It’s difficult to enjoy your life to the fullest and be happy at home if you’re not happy at work. Figure that you spend 30 percent of each 24-hour day on the job each Monday through Friday, and that’s a healthy percentage of your life devoted to work.
So it would probably be helpful to you if you really like what you’re doing. Job satisfaction regularly shows up on surveys about gauging worker morale and how that affects your workplace and your home life at the same time.
Xoom, a worldwide leader in the money transfer business, conducted a survey of its Filipino American customers recently to dig deeper into how people like or dislike their jobs. Xoom asked this question: Overall, are you satisfied with your current job?
Perhaps not surprisingly, the highest percentage of those who took part in the survey – 76 percent – said that yes, they are satisfied with their current job. But that doesn’t include everyone. Some might be looking around for a new line of work. Eleven percent answered the question by saying, no, they are not satisfied with their current job and 13 percent said that they are not really sure whether or not they are satisfied.
Working overtime has become a way of life for many households. Longer hours, longer workweeks, often it’s all part of the job, and keeping it. Of course, working overtime also pumps up the paycheck a little bit, so overtime pays off even it is sort of expected of you.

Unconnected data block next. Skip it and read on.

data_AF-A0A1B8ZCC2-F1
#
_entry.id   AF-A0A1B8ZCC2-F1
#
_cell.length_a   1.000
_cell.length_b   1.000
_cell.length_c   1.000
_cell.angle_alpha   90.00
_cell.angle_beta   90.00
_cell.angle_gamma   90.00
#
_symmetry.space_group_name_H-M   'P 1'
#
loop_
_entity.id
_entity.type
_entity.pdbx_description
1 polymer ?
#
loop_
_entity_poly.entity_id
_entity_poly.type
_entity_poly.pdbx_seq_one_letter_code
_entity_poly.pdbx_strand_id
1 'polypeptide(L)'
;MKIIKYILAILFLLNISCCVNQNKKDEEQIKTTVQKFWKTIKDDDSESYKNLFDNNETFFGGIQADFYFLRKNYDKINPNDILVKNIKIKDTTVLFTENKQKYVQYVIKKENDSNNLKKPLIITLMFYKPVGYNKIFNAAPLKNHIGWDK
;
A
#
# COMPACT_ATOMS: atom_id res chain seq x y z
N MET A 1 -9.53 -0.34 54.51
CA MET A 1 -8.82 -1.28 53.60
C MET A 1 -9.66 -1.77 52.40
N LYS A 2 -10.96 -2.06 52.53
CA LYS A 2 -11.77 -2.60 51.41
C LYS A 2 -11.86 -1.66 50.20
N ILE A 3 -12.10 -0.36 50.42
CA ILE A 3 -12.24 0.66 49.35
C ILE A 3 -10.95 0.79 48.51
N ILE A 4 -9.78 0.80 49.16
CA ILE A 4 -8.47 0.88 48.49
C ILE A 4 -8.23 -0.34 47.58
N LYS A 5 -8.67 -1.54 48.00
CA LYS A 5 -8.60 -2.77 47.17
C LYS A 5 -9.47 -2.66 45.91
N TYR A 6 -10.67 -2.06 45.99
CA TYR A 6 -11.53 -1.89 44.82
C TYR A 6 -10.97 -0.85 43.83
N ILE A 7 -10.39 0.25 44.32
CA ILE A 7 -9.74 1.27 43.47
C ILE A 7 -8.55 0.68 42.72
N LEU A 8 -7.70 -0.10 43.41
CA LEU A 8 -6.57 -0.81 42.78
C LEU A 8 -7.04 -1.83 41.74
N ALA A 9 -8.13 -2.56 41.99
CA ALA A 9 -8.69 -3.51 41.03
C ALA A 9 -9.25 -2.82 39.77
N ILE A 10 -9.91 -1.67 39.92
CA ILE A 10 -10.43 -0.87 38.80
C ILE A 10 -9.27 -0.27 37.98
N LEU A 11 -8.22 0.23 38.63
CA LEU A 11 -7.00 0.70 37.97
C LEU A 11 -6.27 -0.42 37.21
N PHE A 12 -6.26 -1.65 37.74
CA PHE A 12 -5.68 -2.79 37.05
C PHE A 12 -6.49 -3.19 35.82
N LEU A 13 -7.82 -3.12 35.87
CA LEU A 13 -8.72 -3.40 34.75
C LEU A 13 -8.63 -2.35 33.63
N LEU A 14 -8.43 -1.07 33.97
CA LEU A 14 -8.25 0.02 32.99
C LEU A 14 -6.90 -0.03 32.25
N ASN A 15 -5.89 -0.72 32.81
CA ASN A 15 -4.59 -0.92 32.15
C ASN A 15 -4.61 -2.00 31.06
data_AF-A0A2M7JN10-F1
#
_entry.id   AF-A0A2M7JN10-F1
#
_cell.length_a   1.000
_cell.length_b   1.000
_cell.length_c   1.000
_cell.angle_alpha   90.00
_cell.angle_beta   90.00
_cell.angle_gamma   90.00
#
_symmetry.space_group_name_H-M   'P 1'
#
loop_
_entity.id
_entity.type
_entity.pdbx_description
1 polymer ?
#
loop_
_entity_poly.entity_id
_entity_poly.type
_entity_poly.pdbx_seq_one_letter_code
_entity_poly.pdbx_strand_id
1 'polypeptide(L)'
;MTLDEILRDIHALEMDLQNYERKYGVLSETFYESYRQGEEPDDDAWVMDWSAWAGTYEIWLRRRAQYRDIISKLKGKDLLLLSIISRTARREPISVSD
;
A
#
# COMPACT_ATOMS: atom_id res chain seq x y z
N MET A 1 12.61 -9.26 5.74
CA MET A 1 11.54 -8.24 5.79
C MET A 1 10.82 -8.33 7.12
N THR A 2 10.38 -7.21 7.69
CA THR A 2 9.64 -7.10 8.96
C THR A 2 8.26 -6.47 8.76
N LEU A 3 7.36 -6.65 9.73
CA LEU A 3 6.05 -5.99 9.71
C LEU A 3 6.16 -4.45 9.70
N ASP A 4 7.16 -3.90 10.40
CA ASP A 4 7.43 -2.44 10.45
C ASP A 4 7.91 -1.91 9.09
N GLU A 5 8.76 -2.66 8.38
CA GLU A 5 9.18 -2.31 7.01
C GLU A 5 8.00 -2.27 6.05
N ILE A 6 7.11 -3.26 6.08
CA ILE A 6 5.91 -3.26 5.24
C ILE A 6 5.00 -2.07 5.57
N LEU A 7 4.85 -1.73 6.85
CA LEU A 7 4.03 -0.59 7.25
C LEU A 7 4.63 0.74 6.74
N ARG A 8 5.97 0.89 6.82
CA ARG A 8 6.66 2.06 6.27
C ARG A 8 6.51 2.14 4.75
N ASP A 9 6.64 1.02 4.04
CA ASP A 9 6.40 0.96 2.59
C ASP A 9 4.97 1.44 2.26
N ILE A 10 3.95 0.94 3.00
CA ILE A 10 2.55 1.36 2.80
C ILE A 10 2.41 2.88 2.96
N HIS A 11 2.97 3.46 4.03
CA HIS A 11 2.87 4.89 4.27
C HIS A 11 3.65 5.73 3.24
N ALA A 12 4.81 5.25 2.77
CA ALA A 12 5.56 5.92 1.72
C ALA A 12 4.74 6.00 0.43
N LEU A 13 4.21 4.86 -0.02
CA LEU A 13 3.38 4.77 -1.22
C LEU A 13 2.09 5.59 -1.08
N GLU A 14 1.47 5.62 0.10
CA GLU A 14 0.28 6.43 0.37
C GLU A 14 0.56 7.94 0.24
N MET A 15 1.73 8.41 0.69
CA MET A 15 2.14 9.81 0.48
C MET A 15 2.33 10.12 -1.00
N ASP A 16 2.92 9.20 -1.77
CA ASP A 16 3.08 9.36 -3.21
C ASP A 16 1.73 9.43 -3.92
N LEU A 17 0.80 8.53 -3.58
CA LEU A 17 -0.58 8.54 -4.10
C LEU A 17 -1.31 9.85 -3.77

It’s a tradeoff, though. You give up part of your week, but you also get paid for it. Some work at a few hours of overtime on the job during the week and then again, some people don’t work any overtime.
So what are the actual percentages of how much overtime you have? Xoom wanted to find out. Xoom, a leader in the global money transfer business, conducted a survey of its Filipino American customers recently and asked how much overtime you work in a typical week.
The vast majority of those who responded in the survey, 55 percent, said they do not work any overtime at all in a typical week. Up to three hours a week of overtime was the second-highest percentage, 18 percent of those who responded. Fourteen percent said they worked from three to 10 hours of overtime in a usual week and 13 percent said they typically worked 10 hours or more of overtime a week.